The Product of the Year program recognizes products newly released in the manufacturing industries.
The Engineering Leaders Under 40 program identifies and gives recognition to young engineers who...
The true cost of lubrication: Three keys to consider when evaluating oils; Plant Engineering Lubrication Guide; 11 ways to protect bearing assets; Is lubrication part of your KPIs?
Contract maintenance: 5 ways to keep things humming while keeping an eye on costs; Pneumatic systems; Energy monitoring; The sixth 'S' is safety
Transport your data: Supply chain information critical to operational excellence; High-voltage faults; Portable cooling; Safety automation isn't automatic
Case Study Database

Case Study Database

Get more exposure for your case study by uploading it to the Plant Engineering case study database, where end-users can identify relevant solutions and explore what the experts are doing to effectively implement a variety of technology and productivity related projects.

These case studies provide examples of how knowledgeable solution providers have used technology, processes and people to create effective and successful implementations in real-world situations. Case studies can be completed by filling out a simple online form where you can outline the project title, abstract, and full story in 1500 words or less; upload photos, videos and a logo.

Click here to visit the Case Study Database and upload your case study.

Maintaining low data center PUE; Using eco mode in UPS systems; Commissioning electrical and power systems; Exploring dc power distribution alternatives
Synchronizing industrial Ethernet networks; Selecting protocol conversion gateways; Integrating HMIs with PLCs and PACs
Why manufacturers need to see energy in a different light: Current approaches to energy management yield quick savings, but leave plant managers searching for ways of improving on those early gains.

Annual Salary Survey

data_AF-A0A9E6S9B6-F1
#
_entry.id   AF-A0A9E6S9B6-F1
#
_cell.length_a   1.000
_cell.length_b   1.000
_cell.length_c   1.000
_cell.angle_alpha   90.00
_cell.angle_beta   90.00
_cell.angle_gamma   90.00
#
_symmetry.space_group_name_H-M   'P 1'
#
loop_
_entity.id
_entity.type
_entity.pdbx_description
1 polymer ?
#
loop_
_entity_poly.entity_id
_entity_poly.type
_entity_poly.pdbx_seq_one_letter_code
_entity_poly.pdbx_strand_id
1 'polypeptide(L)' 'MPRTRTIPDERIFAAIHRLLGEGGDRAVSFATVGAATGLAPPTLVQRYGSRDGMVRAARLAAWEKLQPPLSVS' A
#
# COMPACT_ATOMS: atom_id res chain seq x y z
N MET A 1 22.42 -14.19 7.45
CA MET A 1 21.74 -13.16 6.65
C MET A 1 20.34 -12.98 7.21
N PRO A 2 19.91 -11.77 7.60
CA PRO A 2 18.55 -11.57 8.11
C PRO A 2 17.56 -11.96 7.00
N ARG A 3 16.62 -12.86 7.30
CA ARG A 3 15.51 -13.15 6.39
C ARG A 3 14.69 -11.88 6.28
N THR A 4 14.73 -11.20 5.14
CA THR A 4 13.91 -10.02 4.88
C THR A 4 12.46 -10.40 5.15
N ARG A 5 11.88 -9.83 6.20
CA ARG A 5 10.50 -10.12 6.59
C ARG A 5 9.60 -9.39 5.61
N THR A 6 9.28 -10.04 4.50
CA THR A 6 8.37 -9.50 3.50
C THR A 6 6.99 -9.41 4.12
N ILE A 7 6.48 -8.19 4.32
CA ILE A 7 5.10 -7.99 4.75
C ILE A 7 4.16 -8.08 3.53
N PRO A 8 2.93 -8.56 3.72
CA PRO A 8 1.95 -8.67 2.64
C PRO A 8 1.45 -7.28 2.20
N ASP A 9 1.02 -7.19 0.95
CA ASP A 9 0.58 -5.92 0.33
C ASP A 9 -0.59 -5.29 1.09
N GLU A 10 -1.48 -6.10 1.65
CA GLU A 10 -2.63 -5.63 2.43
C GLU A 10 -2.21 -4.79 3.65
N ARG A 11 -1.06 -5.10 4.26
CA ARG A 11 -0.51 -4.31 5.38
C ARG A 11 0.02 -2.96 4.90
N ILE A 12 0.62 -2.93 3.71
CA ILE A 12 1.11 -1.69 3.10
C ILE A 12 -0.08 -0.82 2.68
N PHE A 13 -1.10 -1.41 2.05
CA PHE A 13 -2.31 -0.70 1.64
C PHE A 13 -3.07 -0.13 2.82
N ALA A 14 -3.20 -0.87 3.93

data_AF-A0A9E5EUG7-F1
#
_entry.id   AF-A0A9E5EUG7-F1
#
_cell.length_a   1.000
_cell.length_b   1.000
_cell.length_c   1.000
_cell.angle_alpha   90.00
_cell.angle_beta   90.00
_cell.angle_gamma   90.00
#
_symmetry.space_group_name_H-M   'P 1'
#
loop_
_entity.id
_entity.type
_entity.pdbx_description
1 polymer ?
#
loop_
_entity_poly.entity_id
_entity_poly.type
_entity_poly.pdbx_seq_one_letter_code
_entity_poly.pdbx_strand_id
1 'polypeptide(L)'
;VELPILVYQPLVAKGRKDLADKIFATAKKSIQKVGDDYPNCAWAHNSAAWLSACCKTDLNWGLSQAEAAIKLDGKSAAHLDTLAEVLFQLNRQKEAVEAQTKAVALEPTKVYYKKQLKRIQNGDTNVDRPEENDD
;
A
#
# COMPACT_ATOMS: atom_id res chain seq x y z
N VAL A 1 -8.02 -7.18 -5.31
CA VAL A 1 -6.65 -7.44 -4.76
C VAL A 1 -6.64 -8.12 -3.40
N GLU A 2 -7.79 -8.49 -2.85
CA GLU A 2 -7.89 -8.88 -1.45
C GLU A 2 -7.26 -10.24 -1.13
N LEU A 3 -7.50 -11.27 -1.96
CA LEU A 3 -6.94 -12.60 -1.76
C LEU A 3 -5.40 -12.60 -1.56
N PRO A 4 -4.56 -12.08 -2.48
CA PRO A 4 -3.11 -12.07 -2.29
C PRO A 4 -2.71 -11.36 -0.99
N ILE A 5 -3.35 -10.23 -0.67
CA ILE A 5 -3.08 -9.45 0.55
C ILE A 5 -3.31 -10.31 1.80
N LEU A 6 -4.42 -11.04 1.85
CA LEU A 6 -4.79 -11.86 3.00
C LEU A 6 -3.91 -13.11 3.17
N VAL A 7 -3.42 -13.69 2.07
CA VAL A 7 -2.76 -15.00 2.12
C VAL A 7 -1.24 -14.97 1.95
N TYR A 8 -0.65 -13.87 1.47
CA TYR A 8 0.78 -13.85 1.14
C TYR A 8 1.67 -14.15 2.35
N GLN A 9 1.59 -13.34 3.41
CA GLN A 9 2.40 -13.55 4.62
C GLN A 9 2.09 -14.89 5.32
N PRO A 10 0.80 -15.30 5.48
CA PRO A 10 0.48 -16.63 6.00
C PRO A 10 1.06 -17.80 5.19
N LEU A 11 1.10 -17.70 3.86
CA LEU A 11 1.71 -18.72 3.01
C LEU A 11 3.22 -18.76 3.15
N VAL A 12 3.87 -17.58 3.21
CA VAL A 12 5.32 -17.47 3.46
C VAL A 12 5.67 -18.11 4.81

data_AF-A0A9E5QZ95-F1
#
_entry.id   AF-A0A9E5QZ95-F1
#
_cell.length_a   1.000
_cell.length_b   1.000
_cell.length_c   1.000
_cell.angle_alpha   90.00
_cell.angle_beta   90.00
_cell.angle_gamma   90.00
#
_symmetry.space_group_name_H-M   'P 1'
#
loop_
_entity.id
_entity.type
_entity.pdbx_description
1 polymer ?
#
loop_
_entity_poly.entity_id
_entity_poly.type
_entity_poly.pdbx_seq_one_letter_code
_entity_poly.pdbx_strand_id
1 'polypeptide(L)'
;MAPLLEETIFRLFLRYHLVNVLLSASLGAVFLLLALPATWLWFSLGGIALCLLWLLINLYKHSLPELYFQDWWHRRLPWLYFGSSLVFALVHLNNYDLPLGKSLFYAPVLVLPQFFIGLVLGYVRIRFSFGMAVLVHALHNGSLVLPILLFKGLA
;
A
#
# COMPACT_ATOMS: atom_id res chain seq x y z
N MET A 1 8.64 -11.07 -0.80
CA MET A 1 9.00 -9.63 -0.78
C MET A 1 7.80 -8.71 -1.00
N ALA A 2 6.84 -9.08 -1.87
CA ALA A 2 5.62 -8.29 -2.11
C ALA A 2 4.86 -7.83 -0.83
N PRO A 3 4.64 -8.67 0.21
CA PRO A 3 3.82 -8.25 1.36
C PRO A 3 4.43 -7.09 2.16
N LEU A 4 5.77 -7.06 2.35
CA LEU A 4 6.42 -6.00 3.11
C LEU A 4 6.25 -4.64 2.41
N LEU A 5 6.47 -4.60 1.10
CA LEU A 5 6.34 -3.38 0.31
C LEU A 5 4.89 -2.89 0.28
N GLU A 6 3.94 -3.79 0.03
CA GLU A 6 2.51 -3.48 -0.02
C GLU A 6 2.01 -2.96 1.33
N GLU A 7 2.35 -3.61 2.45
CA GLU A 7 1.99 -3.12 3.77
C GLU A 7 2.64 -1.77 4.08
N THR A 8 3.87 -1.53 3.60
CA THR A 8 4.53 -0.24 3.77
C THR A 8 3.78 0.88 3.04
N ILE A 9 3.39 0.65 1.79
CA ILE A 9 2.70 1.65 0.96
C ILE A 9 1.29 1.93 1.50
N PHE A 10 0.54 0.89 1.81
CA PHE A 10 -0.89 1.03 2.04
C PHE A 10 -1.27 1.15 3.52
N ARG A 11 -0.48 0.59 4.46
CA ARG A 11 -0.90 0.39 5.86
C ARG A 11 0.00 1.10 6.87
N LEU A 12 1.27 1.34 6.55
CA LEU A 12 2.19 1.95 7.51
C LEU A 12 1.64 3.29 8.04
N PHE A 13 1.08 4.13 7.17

Participate in the 2013 Salary Survey

In a year when manufacturing continued to lead the economic rebound, it makes sense that plant manager bonuses rebounded. Plant Engineering’s annual Salary Survey shows both wages and bonuses rose in 2012 after a retreat the year before.

Average salary across all job titles for plant floor management rose 3.5% to $95,446, and bonus compensation jumped to $15,162, a 4.2% increase from the 2010 level and double the 2011 total, which showed a sharp drop in bonus.

2012 Salary Survey Analysis

2012 Salary Survey Results

Maintenance and reliability tips and best practices from the maintenance and reliability coaches at Allied Reliability Group.
The One Voice for Manufacturing blog reports on federal public policy issues impacting the manufacturing sector. One Voice is a joint effort by the National Tooling and Machining...
The Society for Maintenance and Reliability Professionals an organization devoted...
Join this ongoing discussion of machine guarding topics, including solutions assessments, regulatory compliance, gap analysis...
IMS Research, recently acquired by IHS Inc., is a leading independent supplier of market research and consultancy to the global electronics industry.
Maintenance is not optional in manufacturing. It’s a profit center, driving productivity and uptime while reducing overall repair costs.
The Lachance on CMMS blog is about current maintenance topics. Blogger Paul Lachance is president and chief technology officer for Smartware Group.